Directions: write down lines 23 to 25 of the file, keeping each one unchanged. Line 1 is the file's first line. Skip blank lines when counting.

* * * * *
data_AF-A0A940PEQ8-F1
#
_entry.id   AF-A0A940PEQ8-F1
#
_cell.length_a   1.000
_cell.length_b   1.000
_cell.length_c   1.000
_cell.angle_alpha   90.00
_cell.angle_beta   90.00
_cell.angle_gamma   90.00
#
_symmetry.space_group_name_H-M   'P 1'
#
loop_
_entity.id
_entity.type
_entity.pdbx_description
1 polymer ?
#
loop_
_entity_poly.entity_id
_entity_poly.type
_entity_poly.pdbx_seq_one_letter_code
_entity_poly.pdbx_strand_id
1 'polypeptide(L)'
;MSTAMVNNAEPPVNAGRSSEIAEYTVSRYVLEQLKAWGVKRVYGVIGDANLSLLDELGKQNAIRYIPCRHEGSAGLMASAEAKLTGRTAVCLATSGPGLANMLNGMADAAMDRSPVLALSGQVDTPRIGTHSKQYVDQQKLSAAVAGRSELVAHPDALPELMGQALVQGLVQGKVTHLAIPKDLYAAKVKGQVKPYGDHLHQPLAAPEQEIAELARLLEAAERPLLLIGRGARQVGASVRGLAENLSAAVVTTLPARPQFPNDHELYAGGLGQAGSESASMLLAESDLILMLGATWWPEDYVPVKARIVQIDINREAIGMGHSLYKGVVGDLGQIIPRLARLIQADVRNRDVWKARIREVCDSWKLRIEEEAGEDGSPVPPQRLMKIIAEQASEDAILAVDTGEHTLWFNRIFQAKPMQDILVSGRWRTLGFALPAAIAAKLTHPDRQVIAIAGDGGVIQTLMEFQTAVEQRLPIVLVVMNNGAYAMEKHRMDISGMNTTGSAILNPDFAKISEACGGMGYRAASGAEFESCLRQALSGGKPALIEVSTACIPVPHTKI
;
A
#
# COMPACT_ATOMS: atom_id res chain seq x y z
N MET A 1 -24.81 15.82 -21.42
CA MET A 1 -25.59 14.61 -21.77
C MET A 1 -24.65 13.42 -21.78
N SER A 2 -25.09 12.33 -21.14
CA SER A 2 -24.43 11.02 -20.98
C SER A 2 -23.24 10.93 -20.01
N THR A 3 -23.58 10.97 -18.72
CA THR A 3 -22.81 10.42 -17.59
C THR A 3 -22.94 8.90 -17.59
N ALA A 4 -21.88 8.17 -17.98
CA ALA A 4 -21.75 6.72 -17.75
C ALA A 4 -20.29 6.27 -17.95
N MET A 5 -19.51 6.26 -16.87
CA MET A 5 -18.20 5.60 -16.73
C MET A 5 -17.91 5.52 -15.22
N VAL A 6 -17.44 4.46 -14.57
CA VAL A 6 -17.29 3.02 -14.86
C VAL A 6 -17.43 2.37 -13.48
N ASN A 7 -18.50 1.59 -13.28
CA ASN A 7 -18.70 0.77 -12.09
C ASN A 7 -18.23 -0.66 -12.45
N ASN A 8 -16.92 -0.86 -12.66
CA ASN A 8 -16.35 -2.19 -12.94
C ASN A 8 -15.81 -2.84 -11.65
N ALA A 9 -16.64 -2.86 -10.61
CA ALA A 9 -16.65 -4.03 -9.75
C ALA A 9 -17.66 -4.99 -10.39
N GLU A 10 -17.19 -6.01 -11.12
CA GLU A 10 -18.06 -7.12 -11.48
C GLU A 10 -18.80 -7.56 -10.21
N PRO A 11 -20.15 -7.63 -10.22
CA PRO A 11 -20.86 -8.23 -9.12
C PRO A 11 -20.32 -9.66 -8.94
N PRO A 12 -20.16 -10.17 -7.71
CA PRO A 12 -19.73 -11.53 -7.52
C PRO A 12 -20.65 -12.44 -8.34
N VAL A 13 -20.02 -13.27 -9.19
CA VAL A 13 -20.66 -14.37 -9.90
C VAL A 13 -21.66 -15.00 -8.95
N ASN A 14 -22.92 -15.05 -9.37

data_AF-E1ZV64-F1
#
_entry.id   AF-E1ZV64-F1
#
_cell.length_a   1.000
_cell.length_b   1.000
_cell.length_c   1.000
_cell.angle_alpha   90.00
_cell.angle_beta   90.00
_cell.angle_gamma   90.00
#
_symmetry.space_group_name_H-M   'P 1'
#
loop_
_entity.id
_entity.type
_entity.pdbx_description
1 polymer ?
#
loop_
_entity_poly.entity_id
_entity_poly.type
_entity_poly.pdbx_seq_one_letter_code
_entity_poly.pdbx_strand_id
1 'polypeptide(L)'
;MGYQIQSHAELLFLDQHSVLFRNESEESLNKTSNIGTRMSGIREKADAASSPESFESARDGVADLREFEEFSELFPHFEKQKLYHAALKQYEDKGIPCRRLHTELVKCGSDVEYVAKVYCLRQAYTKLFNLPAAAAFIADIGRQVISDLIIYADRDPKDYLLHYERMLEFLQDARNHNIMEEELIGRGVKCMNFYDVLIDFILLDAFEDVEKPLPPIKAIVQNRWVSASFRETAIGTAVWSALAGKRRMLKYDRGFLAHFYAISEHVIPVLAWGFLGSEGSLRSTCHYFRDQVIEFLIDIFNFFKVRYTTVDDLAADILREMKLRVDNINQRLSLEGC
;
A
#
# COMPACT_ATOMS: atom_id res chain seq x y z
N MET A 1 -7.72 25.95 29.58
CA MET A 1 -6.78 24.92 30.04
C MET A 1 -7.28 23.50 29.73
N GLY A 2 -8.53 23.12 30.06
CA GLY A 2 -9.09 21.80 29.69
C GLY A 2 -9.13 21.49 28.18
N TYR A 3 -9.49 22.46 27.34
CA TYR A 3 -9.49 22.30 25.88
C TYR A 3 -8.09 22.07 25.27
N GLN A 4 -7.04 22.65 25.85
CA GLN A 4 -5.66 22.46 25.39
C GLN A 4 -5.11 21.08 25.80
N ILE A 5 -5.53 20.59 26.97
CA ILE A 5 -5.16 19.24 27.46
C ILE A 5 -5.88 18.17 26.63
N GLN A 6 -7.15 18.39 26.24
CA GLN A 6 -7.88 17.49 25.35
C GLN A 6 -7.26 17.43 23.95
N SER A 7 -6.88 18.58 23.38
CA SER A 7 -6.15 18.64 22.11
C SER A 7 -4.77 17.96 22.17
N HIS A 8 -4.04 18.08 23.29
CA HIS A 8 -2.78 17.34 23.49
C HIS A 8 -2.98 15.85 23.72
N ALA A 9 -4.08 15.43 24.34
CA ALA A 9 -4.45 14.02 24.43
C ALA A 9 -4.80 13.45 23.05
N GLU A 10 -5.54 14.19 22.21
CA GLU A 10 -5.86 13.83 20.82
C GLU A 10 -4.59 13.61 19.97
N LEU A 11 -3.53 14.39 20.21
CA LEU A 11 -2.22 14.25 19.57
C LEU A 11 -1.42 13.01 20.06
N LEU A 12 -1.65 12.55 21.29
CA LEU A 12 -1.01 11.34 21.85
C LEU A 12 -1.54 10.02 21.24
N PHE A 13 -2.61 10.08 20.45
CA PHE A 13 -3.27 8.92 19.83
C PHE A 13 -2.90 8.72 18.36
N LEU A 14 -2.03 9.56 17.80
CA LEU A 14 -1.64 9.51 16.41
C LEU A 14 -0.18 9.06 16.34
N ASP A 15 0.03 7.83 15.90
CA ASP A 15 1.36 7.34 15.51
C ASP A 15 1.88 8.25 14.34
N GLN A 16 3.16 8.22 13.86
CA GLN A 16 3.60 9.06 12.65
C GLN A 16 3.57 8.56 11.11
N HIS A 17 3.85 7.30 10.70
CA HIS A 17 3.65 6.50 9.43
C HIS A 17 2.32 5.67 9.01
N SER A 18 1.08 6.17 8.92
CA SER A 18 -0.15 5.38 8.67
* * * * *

_entity_poly.pdbx_seq_one_letter_code
_entity_poly.pdbx_strand_id
1 'polypeptide(L)'